30 April 2008

Kite Runner, 2007

Filed under: Movies — ktismatics @ 7:20 am

[Screenplay by David Benioff, adapted from the novel by Khaled Hosseini. Hosseini, an Afghani by birth, left the country with his family after the king was deposed in a communist coup. I commented in the post on Disgrace that I’d put up a screen shot only if something about this rather disappointing movie stuck with me when I woke up this morning. It did — and here it is.]

Baba, a wealthy Afghani, owns a large estate in Kabul. He has one child, a son named Amir; his wife is dead. A lifelong servant and his son Hassan, members of the oppressed Hazara minority, live in an outbuilding on the property. Despite class and ethnic differences, Amir and Hassan are best friends — at the beginning of the movie anyway. The story begins in the 70s, just after the monarchy has fallen to the communists.

AMIR: The mullahs at school say that drinking is a sin. They say drinkers pay when the Reckoning comes.

BABA (swallows some whiskey): Do you want to know what your father thinks about sin?


BABA: Then I’ll tell you. But first understand this and understand it now: You’ll never learn anything from those bearded idiots.

AMIR: You mean the mullahs?

BABA: I piss on the beards of those self-righteous monkeys. They do nothing but thumb their prayer beads and recite a book in a tongue they don’t even understand. There is only one sin. And that is theft. Every other sin is a variation on theft. Do you understand that?

AMIR: No, Baba jan.

BABA: When you kill a man, you steal a life. You steal his wife’s right to her husband, his children’s right to their father. When you tell a lie, you steal someone’s right to the truth. Do you see? The is no act more wretched than stealing. A man who takes what’s not his to take, be it a life or a loaf of naan, I spit on such a man. And if I ever cross paths with him, God help him. Do you undersatnd?

AMIR: Yes, Baba.

BABA: Good. (Drains the rest of his whiskey with a single swallow, stands, and returns to the bar.) All this talk of sinning is making me thirsty.



  1. “There is only one sin. And that is theft.” Baba here presents a morality based on property rights, which is exactly what John Locke argued in his Second Treatise on Government. That an Afghani Muslim would so closely parallel the thoughts of the founder of Western liberalism probably isn’t too remarkable. Afghanistan had long been controlled by England; Baba spoke English; Baba was part of a landed aristocracy that had been shaped in part by English colonial rule. On the other hand, I suspect that morality based on property rights long precedes Locke’s formalization. After all, the story of the Fall in the Garden of Eden is based on Adam and Eve’s violation of Yahweh’s asserted rights over the forbidden Tree.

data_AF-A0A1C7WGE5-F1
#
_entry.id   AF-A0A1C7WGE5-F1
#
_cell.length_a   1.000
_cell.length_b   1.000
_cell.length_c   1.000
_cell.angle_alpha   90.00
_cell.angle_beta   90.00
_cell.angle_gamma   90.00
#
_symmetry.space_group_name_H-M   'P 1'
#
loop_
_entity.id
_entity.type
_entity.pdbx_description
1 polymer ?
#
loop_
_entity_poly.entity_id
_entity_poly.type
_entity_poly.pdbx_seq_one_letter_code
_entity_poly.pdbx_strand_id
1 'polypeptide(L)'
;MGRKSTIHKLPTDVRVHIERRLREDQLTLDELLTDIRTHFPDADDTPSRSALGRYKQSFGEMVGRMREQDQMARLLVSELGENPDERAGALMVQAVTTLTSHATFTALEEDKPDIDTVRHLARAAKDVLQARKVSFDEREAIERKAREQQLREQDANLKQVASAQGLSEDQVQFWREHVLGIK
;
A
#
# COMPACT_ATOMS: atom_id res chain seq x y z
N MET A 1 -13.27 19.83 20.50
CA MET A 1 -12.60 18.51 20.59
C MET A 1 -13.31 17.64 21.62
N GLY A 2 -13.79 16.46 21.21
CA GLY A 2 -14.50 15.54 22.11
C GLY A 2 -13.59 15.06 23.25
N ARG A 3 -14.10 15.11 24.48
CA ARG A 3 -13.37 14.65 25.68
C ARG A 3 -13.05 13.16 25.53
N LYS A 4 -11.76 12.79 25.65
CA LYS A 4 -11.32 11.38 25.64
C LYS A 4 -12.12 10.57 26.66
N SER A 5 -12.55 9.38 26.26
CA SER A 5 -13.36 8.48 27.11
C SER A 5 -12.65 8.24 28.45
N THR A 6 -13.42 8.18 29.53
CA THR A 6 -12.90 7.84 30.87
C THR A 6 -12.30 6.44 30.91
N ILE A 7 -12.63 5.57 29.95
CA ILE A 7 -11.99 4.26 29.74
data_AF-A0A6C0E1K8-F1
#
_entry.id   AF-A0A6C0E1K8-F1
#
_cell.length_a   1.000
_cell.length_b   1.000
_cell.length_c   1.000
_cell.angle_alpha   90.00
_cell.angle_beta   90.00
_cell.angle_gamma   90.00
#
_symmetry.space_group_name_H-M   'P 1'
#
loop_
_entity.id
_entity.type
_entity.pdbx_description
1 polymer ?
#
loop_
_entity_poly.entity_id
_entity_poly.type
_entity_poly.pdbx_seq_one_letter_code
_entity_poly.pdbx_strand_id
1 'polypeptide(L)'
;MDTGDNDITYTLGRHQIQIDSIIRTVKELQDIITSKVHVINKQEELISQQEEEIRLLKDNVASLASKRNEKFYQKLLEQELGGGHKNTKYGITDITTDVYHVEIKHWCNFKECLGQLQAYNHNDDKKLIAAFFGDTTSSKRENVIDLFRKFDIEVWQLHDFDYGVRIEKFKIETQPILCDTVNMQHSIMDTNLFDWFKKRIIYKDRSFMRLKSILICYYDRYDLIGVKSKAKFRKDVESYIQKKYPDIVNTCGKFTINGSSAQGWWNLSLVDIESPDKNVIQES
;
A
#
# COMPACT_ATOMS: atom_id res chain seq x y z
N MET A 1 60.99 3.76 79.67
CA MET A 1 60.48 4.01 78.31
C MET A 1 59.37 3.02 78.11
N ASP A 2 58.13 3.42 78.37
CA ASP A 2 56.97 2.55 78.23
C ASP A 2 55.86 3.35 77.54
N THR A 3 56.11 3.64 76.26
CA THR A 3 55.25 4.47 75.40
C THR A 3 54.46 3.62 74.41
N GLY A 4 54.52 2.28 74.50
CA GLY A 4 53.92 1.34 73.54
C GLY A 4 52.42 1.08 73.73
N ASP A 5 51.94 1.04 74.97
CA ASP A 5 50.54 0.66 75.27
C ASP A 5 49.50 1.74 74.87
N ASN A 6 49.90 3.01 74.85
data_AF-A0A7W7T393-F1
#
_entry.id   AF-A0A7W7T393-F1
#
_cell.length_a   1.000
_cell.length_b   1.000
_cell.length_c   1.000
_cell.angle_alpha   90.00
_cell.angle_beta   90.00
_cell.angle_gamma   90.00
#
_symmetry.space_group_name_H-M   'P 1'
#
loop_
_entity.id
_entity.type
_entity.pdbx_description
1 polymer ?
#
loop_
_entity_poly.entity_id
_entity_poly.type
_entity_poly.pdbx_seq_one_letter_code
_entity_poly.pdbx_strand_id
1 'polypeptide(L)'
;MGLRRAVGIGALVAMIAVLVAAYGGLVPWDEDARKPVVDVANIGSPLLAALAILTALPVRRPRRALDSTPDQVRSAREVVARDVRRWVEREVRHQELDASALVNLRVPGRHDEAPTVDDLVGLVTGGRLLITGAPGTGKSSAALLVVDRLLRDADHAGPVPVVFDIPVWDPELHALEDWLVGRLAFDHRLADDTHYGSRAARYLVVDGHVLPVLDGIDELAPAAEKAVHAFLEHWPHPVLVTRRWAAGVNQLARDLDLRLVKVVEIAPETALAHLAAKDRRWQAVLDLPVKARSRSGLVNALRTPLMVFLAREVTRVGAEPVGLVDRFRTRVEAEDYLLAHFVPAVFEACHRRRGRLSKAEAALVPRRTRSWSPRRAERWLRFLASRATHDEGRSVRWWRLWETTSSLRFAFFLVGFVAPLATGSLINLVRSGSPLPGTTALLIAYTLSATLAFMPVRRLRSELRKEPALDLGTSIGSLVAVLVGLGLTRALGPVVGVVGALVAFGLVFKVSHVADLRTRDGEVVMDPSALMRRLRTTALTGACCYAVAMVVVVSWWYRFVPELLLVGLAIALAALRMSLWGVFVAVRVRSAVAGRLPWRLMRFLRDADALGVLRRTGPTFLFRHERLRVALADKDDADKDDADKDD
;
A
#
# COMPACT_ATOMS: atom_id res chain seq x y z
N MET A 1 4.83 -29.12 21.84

Comment by ktismatics — 30 April 2008 @ 3:35 pm

  2. Baba makes his little sin = theft speech just after he and his friend have discussed the onslaught of communism in Afghanistan. If communism does away with private property, then stealing becomes impossible and so sin no longer exists. Alternatively, in a communist social order the accumulation of private property is stealing from the people. Mostly what Baba fears here is the communists nationalizing his assets, which he regards as the government stealing from him.

    Kite Runner presents a nostalgic look back at Afghanistan before the communists and the Taliban wrecked the place. Rather than showing some kind of Afghani “high culture,” the movie presents an idealized traditional society, symbolized by the annual kite-flying competition. It demands skill, cunning, bravery, competitiveness, good sportsmanship. But there’s a dark sid too: ethnic bigotry, the ruthless wielding of collective power, evil perpetrated under the guise of purity. This dark side of the tradition coalesces in the Taliban, and the bully from Amir’s childhood grows up to become a highly placed Taliban pedophiliac thug.

    Tbe book was written in 2006 but the story is set in 2000, before 9/11 and the American invasion. I wonder if the author regards the American intervention as a restorative effort or the next wave of brutal destructiveness. Both communism and Islamic orthodoxy embed Afghanistan in a global order that effaces local cultural distinctiveness without replacing it with anything nearly as good. The writers remain silent about whether American neoconservatism is the same sort of intervention.


    Comment by ktismatics — 1 May 2008 @ 3:06 am

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